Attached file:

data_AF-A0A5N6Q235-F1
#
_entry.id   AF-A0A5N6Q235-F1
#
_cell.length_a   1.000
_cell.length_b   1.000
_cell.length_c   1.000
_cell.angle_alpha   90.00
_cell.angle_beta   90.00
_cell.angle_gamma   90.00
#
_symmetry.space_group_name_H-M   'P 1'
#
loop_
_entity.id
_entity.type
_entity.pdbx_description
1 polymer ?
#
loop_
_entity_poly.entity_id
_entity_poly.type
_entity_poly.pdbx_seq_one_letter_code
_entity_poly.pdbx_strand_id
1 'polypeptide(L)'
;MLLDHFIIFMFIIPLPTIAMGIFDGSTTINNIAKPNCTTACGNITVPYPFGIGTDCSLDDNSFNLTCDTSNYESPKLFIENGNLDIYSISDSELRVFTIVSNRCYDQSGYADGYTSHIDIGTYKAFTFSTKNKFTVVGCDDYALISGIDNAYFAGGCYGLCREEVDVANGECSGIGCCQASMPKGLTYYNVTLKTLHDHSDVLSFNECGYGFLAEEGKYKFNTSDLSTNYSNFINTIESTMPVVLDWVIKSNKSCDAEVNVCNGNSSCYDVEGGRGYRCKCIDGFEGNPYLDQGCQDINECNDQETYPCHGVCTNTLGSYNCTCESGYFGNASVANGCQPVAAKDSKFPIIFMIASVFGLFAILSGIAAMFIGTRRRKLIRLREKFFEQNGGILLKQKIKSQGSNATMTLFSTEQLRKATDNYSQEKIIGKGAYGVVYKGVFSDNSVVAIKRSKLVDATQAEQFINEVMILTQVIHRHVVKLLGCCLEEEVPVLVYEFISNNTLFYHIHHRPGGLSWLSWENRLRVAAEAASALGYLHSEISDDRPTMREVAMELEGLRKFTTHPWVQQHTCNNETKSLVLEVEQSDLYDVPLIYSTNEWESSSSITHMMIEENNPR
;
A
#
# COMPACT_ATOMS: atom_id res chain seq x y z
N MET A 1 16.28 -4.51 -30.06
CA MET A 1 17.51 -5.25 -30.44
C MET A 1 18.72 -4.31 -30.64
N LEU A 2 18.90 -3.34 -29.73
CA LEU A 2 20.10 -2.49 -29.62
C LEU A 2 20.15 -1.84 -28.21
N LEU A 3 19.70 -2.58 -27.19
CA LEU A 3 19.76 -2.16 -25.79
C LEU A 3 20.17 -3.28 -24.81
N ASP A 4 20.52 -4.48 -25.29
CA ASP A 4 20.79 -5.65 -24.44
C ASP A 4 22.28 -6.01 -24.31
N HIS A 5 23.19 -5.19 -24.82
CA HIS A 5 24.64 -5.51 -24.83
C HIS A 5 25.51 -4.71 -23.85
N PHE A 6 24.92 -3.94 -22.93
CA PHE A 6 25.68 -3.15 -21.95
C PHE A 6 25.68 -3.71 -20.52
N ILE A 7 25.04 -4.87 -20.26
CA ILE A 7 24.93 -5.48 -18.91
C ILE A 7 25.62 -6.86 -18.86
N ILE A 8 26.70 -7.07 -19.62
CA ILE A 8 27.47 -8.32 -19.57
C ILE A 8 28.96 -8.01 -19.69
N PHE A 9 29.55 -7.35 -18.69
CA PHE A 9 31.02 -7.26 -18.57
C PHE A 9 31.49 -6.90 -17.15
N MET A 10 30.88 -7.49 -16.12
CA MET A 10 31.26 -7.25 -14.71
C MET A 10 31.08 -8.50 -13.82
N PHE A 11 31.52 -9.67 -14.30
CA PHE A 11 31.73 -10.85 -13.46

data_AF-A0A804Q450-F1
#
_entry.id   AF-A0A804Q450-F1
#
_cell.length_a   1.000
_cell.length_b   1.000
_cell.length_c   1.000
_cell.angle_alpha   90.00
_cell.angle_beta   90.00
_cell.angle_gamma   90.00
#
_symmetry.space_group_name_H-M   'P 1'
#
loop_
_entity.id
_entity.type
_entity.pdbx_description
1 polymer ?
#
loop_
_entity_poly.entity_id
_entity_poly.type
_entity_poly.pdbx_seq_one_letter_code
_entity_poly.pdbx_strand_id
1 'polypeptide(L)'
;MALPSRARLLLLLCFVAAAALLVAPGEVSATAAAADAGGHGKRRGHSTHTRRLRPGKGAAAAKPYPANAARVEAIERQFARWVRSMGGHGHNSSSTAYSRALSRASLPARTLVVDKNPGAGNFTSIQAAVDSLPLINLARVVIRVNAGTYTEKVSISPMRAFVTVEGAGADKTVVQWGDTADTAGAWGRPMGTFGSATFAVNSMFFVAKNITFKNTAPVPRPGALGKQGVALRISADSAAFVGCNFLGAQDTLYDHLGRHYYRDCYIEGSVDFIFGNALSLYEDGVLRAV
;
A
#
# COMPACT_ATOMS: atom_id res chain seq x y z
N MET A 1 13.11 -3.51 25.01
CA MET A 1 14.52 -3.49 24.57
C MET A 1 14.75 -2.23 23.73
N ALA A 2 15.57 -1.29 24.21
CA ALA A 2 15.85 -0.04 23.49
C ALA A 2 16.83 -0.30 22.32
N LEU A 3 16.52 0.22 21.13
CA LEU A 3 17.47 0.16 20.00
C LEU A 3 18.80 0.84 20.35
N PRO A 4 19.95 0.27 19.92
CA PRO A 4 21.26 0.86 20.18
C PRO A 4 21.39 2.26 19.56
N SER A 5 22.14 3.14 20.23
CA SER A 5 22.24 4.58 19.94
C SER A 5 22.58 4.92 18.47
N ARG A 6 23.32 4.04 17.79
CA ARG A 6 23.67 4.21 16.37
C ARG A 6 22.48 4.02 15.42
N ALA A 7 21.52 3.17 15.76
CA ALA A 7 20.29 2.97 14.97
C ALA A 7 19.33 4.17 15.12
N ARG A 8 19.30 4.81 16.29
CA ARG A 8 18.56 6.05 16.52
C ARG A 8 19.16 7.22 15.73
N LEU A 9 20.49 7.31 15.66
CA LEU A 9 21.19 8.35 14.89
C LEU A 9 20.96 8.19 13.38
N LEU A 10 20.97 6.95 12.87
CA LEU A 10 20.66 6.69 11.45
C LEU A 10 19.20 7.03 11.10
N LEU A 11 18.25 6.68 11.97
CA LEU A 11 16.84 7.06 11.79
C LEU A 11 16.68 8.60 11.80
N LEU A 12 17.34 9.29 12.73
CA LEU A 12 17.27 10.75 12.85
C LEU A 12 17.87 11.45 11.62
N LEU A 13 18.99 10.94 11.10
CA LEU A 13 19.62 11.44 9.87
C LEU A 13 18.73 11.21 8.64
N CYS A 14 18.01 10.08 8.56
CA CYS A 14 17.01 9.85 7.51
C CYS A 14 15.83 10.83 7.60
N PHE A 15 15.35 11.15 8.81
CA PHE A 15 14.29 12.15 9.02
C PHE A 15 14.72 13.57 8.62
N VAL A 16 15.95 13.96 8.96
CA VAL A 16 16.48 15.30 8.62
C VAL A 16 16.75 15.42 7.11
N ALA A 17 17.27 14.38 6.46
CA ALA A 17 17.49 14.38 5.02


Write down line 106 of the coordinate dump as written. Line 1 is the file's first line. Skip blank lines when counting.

CA SER A 5 22.24 4.58 19.94